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The dynamical link between the troposphere and stratosphere and its potential to affect climate


Perlwitz,  Judith
MPI for Meteorology, Max Planck Society;

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Perlwitz, J. (2000). The dynamical link between the troposphere and stratosphere and its potential to affect climate. PhD Thesis, University of Hamburg, Hamburg.

Cite as: https://hdl.handle.net/21.11116/0000-0009-E33E-2
The main issue of this thesis has been to increase our understanding of the mech-
anisms by which the stratosphere can affect the tropospheric climate. The dy-
namical coupling of tropospheric and stratospheric circulation in the Northern
Hemisphere was investigated by applying the new approach Single Wave Analysis
which combines a well-known theoretical concept of the coupling mechanism with
the statisticai analysis of observational datasets. The isolated features were used
to interpret both the coupled modes of variability in tropospheric and strato-
spheric geopotential height fields and the changes in the estimated probability
density function of these modes.
The prominent result of this thesis is that winter seasons characterized either by
an anomalously strong or weak polar winter vortex exhibit different tropospheric
circulation regimes. Only in the case of a strong stratospheric polar vortex does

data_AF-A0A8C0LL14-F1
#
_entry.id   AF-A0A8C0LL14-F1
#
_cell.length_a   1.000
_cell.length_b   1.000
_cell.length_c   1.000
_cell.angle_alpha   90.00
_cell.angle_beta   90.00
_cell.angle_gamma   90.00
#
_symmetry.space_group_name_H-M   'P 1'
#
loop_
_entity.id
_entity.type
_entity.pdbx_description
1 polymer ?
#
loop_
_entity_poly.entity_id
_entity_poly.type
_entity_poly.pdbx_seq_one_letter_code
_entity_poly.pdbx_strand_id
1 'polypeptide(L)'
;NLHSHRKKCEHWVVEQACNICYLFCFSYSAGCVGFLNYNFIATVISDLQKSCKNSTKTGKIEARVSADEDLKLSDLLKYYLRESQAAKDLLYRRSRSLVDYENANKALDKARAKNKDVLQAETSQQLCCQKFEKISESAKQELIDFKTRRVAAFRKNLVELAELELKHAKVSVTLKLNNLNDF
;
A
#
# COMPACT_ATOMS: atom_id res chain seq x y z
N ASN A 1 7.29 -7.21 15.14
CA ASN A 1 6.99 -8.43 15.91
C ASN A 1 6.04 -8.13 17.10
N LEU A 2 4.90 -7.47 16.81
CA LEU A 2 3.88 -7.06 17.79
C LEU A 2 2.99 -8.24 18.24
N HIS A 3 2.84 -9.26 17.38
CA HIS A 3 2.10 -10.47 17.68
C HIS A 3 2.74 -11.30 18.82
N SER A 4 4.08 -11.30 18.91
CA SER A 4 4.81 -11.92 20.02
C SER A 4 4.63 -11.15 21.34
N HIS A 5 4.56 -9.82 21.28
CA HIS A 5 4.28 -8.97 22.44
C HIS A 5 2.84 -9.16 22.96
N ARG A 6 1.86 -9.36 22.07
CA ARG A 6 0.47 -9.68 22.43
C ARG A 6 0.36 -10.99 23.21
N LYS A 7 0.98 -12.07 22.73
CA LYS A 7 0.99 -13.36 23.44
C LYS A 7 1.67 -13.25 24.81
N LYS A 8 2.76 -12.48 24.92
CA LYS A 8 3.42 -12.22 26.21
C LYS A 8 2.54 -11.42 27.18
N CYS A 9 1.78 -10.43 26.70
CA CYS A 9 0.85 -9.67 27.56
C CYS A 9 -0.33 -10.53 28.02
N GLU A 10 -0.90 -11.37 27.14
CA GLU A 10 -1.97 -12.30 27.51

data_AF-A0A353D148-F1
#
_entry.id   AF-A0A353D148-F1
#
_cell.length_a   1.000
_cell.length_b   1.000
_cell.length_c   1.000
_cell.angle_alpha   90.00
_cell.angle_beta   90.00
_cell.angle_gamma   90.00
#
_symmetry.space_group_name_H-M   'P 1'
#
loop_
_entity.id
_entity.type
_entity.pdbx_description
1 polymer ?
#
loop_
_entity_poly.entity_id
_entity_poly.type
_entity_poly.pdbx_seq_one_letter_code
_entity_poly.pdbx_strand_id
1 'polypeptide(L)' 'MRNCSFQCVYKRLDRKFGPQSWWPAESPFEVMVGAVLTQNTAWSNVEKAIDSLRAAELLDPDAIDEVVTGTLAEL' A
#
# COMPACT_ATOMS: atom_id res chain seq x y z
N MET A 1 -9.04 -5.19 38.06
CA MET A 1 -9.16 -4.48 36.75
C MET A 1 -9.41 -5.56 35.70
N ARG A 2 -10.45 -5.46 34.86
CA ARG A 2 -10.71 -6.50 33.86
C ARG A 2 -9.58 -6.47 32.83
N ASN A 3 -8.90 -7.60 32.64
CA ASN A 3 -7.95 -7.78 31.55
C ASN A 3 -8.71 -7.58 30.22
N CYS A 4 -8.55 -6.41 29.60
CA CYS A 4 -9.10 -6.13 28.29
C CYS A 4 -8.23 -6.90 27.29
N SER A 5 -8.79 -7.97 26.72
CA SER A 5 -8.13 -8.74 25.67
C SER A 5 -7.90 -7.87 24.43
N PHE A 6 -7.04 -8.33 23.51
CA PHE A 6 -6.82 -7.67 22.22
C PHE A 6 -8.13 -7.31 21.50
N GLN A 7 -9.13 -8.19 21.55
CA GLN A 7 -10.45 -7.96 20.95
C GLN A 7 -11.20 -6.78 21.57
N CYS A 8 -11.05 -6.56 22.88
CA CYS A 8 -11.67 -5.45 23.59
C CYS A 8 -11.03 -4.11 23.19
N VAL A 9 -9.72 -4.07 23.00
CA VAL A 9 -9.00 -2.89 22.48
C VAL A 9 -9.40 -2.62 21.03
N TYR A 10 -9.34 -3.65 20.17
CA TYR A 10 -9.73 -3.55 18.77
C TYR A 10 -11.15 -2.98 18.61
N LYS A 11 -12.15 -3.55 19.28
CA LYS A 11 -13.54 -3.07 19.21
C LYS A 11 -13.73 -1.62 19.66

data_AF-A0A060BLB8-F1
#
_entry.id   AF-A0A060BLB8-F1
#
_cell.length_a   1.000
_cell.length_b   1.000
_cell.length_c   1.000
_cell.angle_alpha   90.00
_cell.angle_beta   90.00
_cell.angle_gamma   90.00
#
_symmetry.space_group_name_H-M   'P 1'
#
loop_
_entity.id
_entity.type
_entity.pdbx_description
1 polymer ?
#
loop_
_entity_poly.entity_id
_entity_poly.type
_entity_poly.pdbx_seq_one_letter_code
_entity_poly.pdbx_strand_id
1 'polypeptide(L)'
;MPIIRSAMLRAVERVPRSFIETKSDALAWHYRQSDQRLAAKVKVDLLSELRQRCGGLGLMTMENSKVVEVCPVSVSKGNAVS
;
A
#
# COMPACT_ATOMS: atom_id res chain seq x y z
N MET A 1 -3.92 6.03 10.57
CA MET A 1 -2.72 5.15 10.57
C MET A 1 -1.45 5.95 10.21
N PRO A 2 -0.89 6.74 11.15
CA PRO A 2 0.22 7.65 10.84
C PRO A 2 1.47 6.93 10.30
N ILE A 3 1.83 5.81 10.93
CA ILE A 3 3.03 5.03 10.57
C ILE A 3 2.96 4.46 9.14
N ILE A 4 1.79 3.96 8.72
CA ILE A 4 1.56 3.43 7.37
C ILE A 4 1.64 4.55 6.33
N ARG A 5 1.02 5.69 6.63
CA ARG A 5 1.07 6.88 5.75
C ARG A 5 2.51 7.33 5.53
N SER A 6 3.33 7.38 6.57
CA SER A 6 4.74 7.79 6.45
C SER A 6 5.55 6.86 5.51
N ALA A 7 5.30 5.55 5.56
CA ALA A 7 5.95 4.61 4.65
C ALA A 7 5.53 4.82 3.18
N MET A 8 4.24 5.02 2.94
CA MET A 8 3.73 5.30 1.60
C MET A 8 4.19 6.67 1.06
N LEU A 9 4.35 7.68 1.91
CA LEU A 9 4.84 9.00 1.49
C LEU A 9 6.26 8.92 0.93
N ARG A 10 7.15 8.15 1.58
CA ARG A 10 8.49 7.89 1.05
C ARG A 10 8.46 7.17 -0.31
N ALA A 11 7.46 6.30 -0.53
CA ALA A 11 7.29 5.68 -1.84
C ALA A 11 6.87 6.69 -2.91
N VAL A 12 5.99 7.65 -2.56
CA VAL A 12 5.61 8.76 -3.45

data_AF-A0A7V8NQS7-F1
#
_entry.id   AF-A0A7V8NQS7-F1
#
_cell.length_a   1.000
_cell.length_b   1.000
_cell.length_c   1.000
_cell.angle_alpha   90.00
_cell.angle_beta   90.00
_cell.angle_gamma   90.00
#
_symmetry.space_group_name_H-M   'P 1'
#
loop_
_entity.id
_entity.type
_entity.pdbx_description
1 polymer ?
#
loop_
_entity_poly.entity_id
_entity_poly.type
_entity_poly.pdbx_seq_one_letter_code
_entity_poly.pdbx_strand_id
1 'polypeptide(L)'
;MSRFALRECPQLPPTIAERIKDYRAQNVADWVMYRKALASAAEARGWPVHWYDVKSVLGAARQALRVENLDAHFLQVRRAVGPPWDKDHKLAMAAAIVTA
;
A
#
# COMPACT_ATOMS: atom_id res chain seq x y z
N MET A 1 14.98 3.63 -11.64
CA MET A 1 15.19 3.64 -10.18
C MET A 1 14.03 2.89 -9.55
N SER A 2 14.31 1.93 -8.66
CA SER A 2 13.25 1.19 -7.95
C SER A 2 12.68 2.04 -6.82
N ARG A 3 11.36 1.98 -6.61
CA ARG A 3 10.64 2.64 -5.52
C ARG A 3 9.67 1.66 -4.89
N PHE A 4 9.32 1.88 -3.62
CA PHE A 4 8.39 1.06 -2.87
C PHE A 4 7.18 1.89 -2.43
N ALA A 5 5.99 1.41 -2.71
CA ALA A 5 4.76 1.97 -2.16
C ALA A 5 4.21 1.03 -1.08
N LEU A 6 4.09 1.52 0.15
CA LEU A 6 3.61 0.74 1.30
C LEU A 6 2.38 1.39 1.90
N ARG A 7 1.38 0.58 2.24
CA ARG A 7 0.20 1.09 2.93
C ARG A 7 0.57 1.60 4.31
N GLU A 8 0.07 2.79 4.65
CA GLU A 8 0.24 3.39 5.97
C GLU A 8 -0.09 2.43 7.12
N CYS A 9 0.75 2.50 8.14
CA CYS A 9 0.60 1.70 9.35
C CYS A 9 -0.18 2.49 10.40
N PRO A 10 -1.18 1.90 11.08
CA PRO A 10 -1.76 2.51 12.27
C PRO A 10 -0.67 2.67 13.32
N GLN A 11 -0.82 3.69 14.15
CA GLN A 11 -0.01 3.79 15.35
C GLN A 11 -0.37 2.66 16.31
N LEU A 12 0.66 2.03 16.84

a downward control of the tropospheric circulation by reflection of waves of zonal
wave number (ZWN) one occur. This downward influence on the structure of
tropospheric waves is considerably less than the influence of tropospheric dis-
turbances on the structure of stratospheric waves of ZWN I and 2. This re-
sult confirms our understanding of the coupling of stratosphere and troposphere:
Waves in the stratosphere originate in the troposphere, whereas the disturbances
in the tropospheric circulation result mainly from internal processes. However,
the findings also reveal that the two circulation regimes, characterized either by
an preferred exaggeration of an anomalously strong or weak polar winter vortex,
exhibit different tropospheric variability structures and are of high relevance to
interannual and interdecadal climate variability.